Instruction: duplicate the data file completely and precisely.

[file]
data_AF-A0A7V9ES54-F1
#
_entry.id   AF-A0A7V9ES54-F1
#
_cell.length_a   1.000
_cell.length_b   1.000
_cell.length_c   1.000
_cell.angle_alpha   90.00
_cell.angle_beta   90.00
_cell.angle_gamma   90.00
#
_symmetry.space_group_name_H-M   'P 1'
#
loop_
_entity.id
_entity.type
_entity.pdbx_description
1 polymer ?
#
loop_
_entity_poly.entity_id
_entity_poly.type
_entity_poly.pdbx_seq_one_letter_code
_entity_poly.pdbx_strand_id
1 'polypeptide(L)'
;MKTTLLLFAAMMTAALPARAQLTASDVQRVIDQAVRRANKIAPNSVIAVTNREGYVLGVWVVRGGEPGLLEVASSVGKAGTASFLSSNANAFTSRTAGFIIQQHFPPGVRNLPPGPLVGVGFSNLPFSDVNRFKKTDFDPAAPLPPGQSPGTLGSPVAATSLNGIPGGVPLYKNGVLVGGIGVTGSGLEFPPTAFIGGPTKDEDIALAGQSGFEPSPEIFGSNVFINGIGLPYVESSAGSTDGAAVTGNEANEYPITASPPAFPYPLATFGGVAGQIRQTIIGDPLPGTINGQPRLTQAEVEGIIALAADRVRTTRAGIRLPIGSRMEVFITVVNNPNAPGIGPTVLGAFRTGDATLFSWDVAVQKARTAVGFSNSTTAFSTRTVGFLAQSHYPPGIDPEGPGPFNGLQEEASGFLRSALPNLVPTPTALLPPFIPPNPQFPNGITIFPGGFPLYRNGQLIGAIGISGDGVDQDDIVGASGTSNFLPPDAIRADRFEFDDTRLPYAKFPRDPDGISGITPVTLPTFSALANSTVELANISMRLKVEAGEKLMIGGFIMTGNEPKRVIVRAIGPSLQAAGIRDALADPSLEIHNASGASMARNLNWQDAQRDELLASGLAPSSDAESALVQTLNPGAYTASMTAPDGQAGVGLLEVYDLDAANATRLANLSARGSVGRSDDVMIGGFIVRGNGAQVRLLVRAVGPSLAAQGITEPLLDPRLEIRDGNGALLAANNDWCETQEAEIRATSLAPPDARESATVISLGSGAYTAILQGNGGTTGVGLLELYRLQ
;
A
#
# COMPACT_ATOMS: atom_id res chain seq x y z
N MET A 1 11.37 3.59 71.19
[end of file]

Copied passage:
data_AF-A0A7V9ES54-F1
#
_entry.id   AF-A0A7V9ES54-F1
#
_cell.length_a   1.000
_cell.length_b   1.000
_cell.length_c   1.000
_cell.angle_alpha   90.00
_cell.angle_beta   90.00
_cell.angle_gamma   90.00
#
_symmetry.space_group_name_H-M   'P 1'
#
loop_
_entity.id
_entity.type
_entity.pdbx_description
1 polymer ?
#
loop_
_entity_poly.entity_id
_entity_poly.type
_entity_poly.pdbx_seq_one_letter_code
_entity_poly.pdbx_strand_id
1 'polypeptide(L)'
;MKTTLLLFAAMMTAALPARAQLTASDVQRVIDQAVRRANKIAPNSVIAVTNREGYVLGVWVVRGGEPGLLEVASSVGKAGTASFLSSNANAFTSRTAGFIIQQHFPPGVRNLPPGPLVGVGFSNLPFSDVNRFKKTDFDPAAPLPPGQSPGTLGSPVAATSLNGIPGGVPLYKNGVLVGGIGVTGSGLEFPPTAFIGGPTKDEDIALAGQSGFEPSPEIFGSNVFINGIGLPYVESSAGSTDGAAVTGNEANEYPITASPPAFPYPLATFGGVAGQIRQTIIGDPLPGTINGQPRLTQAEVEGIIALAADRVRTTRAGIRLPIGSRMEVFITVVNNPNAPGIGPTVLGAFRTGDATLFSWDVAVQKARTAVGFSNSTTAFSTRTVGFLAQSHYPPGIDPEGPGPFNGLQEEASGFLRSALPNLVPTPTALLPPFIPPNPQFPNGITIFPGGFPLYRNGQLIGAIGISGDGVDQDDIVGASGTSNFLPPDAIRADRFEFDDTRLPYAKFPRDPDGISGITPVTLPTFSALANSTVELANISMRLKVEAGEKLMIGGFIMTGNEPKRVIVRAIGPSLQAAGIRDALADPSLEIHNASGASMARNLNWQDAQRDELLASGLAPSSDAESALVQTLNPGAYTASMTAPDGQAGVGLLEVYDLDAANATRLANLSARGSVGRSDDVMIGGFIVRGNGAQVRLLVRAVGPSLAAQGITEPLLDPRLEIRDGNGALLAANNDWCETQEAEIRATSLAPPDARESATVISLGSGAYTAILQGNGGTTGVGLLELYRLQ
;
A
#
# COMPACT_ATOMS: atom_id res chain seq x y z
N MET A 1 11.37 3.59 71.19